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Measurement of Expanding Oak Wilt Centers in Live Oak. D. N. Appel, Associate professor, Department of Plant Pathology and Microbiology, Texas A&M University, College Station 77843; R. C. Maggio(2), E. L. Nelson(3), and M. J. Jeger(4). (2)Associate professor, Department of Forest Science, Texas A&M University, College Station 77843; (3)Graduate research assistant, Computer Science Department, Texas A&M University, College Station 77843; (4)U.K. Overseas Development Natural Resources Institute, London, U.K. Phytopathology 79:1318-1322. Accepted for publication 28 July 1989. Copyright 1989 The American Phytopathological Society. DOI: 10.1094/Phyto-79-1318.

Local, tree-to-tree spread of Ceratocystis fagacearum was monitored in live oak (Quercus fusiformis) with sequential, color infrared aerial photography during 19821987. A computer-based system for analyzing expanding foci was developed to measure rates of crown defoliation and mortality, as well as expansion distances. Four foci expanded radially an average of 1116 m/yr, with longer maximum distances of expansion (up to 40 m/yr) commonly occurring. One focus that expanded most rapidly increased from 0.3 to 3.6 ha over 5 yr, affecting 10,774 m2 of crown cover. This was initially the smallest focus, and it had the greatest live oak density. The largest initial focus had a lesser oak density and increased from 1.5 to 6.6 ha, affecting 11,396 m2 of crown cover. Crown survival in 1987 ranged from 4 to 26% for trees that originally showed symptoms in 1982. A strong linear correlation between the area of affected crown cover and total area occupied by each focus was noted. The rapid rates of focus expansion were attributed to a high potential for root grafting and the occurrence of common root systems among clonally propagated live oaks.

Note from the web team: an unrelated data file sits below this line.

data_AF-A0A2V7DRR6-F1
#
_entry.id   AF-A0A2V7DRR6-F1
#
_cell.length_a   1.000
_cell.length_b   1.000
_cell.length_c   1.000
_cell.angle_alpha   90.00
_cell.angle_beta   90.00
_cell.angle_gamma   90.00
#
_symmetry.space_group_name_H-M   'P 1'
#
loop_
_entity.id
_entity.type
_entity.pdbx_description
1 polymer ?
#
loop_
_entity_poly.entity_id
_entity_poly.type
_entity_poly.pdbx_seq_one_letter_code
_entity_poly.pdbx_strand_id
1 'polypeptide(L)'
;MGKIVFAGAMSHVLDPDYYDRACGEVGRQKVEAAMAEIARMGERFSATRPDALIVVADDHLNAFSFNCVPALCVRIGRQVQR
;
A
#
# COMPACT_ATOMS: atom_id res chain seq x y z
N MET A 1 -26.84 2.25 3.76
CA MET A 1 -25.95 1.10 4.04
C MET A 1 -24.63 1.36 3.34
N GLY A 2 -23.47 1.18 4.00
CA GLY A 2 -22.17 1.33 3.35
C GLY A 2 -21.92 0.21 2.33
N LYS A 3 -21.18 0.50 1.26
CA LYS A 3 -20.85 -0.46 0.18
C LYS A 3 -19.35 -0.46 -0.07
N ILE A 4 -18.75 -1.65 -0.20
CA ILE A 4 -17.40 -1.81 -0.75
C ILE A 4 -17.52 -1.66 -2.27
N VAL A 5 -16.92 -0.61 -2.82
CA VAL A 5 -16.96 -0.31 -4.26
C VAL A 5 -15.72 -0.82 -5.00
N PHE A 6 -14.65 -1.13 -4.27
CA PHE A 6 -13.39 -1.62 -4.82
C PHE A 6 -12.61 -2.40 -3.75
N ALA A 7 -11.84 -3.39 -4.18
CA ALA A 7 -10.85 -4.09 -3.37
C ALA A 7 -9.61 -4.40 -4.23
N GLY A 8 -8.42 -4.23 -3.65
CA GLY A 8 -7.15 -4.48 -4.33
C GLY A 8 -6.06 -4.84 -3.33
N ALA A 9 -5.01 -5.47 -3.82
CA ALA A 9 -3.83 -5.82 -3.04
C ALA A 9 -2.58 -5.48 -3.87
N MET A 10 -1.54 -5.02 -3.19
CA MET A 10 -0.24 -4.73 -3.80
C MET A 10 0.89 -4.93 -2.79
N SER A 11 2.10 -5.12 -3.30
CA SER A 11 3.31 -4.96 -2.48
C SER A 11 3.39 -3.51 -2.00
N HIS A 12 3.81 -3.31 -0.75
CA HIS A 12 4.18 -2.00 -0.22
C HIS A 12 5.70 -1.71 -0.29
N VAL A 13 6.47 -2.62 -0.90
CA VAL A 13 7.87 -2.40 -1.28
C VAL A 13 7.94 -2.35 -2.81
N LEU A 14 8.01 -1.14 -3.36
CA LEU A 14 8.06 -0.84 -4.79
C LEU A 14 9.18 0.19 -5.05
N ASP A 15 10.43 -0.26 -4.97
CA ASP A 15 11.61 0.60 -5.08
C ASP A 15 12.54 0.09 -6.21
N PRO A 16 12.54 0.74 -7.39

Additional keywords: Ceratocystis fagacearum, epidemiology, Quercus fusiformis.